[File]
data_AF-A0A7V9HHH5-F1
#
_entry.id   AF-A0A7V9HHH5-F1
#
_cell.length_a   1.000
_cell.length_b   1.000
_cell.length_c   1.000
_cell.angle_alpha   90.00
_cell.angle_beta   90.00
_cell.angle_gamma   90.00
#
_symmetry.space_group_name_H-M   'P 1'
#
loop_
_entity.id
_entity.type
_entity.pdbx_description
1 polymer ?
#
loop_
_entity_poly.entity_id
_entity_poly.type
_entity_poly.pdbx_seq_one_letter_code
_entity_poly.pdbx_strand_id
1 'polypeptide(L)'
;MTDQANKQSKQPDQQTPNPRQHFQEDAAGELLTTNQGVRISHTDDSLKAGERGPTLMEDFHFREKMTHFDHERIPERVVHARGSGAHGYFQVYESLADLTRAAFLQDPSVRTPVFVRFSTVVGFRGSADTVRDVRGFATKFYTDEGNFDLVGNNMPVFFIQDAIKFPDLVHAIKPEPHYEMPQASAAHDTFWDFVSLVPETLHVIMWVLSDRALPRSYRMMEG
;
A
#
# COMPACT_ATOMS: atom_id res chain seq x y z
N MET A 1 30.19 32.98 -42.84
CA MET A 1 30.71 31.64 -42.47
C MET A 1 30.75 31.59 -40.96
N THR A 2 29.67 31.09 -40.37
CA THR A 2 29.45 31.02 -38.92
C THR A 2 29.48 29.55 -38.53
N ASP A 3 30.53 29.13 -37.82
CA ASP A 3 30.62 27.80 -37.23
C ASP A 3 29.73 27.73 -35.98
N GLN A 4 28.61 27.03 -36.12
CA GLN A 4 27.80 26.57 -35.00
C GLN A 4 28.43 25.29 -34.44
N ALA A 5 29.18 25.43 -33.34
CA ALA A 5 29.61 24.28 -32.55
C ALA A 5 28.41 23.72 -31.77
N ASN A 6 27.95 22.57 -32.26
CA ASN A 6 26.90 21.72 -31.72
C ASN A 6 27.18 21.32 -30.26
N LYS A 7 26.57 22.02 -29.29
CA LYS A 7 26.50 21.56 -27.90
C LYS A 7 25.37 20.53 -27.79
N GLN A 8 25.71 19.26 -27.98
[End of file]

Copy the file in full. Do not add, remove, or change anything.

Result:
data_AF-A0A7V9HHH5-F1
#
_entry.id   AF-A0A7V9HHH5-F1
#
_cell.length_a   1.000
_cell.length_b   1.000
_cell.length_c   1.000
_cell.angle_alpha   90.00
_cell.angle_beta   90.00
_cell.angle_gamma   90.00
#
_symmetry.space_group_name_H-M   'P 1'
#
loop_
_entity.id
_entity.type
_entity.pdbx_description
1 polymer ?
#
loop_
_entity_poly.entity_id
_entity_poly.type
_entity_poly.pdbx_seq_one_letter_code
_entity_poly.pdbx_strand_id
1 'polypeptide(L)'
;MTDQANKQSKQPDQQTPNPRQHFQEDAAGELLTTNQGVRISHTDDSLKAGERGPTLMEDFHFREKMTHFDHERIPERVVHARGSGAHGYFQVYESLADLTRAAFLQDPSVRTPVFVRFSTVVGFRGSADTVRDVRGFATKFYTDEGNFDLVGNNMPVFFIQDAIKFPDLVHAIKPEPHYEMPQASAAHDTFWDFVSLVPETLHVIMWVLSDRALPRSYRMMEG
;
A
#
# COMPACT_ATOMS: atom_id res chain seq x y z
N MET A 1 30.19 32.98 -42.84
CA MET A 1 30.71 31.64 -42.47
C MET A 1 30.75 31.59 -40.96
N THR A 2 29.67 31.09 -40.37
CA THR A 2 29.45 31.02 -38.92
C THR A 2 29.48 29.55 -38.53
N ASP A 3 30.53 29.13 -37.82
CA ASP A 3 30.62 27.80 -37.23
C ASP A 3 29.73 27.73 -35.98
N GLN A 4 28.61 27.03 -36.12
CA GLN A 4 27.80 26.57 -35.00
C GLN A 4 28.43 25.29 -34.44
N ALA A 5 29.18 25.43 -33.34
CA ALA A 5 29.61 24.28 -32.55
C ALA A 5 28.41 23.72 -31.77
N ASN A 6 27.95 22.57 -32.26
CA ASN A 6 26.90 21.72 -31.72
C ASN A 6 27.18 21.32 -30.26
N LYS A 7 26.57 22.02 -29.29
CA LYS A 7 26.50 21.56 -27.90
C LYS A 7 25.37 20.53 -27.79
N GLN A 8 25.71 19.26 -27.98